The Government of Canada says it is closely watching a U.S. investigation into Fiat Chrysler diesel engines as it determines which next steps to take in Canada.
Fiat Chrysler Automobiles has received subpoenas from U.S. federal and state authorities, including the Securities and Exchange Commission, related to alleged excess diesel emissions by some of its vehicles, the automaker revealed in a filing with the SEC Feb. 28.
U.S. regulators say FCA light-duty model year 2014, 2015 and 2016 Jeep Grand Cherokees and Dodge Ram 1500 trucks with 3.0-litre diesel engines are illegally equipped with diesel emissions control equipment.
The U.S. Environmental Protection Agency and California Air Resources Board believe FCA’s auxiliary emissions control software allowed vehicles to generate illegal levels of pollution.
Vehicles sold in the United States can use such software in limited circumstances to protect the engine from damage, but it must be declared to regulators.
About 39,000 diesel-powered vehicles in Canada carry the same equipment and are being tested by the Department of Environment and Climate Change.
“The department is carefully evaluating the information released by the U.S. Environmental Protection Agency to determine its relevance in Canada, and if an investigation is warranted into potential violations of the Canadian Environmental Protection Act, 1999,” said ECCC spokeswoman Mélanie Quesnel.
On the diesel emissions issue, FCA said it has "received various inquiries, subpoenas and requests for information from a number of governmental authorities, including the U.S. Department of Justice, the SEC and several states’ attorneys general.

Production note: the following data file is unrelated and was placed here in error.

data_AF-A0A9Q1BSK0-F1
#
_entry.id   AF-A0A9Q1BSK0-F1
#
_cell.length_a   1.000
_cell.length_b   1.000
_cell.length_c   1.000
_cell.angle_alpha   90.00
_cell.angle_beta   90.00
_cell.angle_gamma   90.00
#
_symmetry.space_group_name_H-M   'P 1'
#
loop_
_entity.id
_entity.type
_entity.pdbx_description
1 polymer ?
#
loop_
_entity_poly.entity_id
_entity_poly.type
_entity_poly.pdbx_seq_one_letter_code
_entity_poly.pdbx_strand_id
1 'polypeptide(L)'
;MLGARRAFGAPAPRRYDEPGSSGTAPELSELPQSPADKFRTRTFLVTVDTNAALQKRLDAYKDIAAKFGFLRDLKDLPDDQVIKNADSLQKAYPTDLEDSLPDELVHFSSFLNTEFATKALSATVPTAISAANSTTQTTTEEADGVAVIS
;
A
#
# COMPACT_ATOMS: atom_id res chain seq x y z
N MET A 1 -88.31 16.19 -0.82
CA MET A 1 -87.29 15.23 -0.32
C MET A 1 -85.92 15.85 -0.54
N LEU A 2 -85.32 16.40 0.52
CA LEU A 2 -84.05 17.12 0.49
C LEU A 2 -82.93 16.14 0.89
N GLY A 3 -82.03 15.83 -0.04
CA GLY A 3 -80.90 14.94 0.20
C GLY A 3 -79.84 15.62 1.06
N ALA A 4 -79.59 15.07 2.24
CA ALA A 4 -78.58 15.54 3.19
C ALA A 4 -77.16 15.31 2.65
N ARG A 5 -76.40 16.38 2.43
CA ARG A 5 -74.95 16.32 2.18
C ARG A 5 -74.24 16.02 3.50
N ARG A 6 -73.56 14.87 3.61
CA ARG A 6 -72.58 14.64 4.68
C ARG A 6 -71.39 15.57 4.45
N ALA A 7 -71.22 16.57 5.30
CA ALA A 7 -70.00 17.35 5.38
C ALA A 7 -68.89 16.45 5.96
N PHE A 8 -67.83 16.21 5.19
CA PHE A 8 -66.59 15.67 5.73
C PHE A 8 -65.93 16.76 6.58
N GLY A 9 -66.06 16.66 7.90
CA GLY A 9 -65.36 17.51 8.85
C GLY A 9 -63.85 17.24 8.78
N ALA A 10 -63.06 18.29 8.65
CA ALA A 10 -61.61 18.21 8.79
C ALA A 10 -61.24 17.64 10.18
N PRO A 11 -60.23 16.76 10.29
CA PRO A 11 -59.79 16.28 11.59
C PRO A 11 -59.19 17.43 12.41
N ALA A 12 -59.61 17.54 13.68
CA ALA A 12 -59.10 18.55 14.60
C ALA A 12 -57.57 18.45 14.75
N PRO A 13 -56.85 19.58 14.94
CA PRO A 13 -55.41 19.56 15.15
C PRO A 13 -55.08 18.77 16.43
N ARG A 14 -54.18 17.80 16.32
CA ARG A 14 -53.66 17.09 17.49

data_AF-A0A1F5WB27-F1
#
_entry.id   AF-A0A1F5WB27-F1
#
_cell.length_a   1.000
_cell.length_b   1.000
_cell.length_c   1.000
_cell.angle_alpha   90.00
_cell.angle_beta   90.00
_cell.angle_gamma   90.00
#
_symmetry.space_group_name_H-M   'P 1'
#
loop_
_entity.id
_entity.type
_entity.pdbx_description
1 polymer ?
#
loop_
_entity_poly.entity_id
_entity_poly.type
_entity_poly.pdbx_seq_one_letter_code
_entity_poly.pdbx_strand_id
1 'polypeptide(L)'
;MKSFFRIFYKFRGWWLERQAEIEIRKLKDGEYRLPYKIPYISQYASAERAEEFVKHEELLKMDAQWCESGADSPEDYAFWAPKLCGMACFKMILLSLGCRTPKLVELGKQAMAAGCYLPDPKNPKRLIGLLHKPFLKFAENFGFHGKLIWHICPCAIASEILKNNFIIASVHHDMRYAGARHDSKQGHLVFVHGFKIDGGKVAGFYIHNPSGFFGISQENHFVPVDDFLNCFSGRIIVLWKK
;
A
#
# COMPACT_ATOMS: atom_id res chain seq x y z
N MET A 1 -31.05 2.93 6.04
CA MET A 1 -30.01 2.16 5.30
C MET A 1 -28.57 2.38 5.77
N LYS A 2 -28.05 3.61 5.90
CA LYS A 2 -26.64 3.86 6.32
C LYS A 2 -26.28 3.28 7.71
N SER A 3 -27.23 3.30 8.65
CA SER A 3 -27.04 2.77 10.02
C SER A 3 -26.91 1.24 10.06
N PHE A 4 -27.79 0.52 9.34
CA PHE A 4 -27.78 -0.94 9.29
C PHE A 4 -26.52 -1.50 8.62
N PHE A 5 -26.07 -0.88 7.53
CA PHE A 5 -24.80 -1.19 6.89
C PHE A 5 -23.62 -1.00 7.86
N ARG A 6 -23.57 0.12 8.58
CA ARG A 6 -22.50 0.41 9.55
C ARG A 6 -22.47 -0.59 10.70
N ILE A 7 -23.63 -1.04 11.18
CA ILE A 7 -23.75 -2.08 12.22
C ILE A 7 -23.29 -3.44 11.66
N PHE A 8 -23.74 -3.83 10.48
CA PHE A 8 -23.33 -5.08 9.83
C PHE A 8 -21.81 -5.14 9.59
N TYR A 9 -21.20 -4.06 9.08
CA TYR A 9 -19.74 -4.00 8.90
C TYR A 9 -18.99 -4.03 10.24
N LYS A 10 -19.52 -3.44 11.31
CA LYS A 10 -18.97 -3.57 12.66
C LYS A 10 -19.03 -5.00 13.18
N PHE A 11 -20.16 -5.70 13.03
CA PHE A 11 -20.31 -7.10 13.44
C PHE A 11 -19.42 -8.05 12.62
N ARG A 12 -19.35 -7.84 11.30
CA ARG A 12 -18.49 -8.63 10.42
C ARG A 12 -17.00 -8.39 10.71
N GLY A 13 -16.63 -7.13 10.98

“We are investigating these matters and we intend to cooperate with all valid governmental requests," FCA said in its annual report.
Earlier this month, a person briefed on the matter said the U.S. Justice Department has been involved in the matter for more than six months after getting a referral from the Environmental Protection Agency in July. Involvement by the Securities Exchange Commission and state attorneys general has not been previously disclosed.
FCA said Jan. 12 that the Justice Department was investigating the matter.
The same day, FCA CEO Sergio Marchionne rejected the allegations, saying there was no wrongdoing and the company never attempted to create software to cheat emissions rules by detecting when the vehicle was in test mode.
He called the allegations “unadulterated hogwash.”
Scrutiny to ‘remain high’
FCA in its annual report said it is not able to predict the outcome of the investigations, but disclosed that “the resolution of these matters could have a material adverse effect on our financial position, results of operations or cash flows and may adversely affect our reputation with consumers, which may negatively impact demand for our vehicles.”
In January, the EPA said the maximum possible fine against FCA could be US $4.6 billion.
Meanwhile, Environment and Climate Change Canada said it will work “to ensure that our stringent air quality and emission standards are respected, for the benefit of all Canadians.”
FCA also is facing scrutiny of its emissions compliance from European regulators. The French government said earlier this month that its Consumer Protection Agency had asked a prosecutor to investigate FCA’s diesel vehicles.
FCA in its annual report said government and regulatory scrutiny “is expected to remain high.”
The focus FCA top management must pay to regulatory intervention “may divert attention from other key aspects of our business plan” and may require more recalls of vehicles.
Last July, FCA confirmed that the SEC and the Justice Department is investigating its U.S. vehicle sales reporting. Soon after that confirmation, FCA revised more than five years of monthly U.S. vehicle sales figures to reflect a new reporting method.
Reuters and Bloomberg contributed to this report.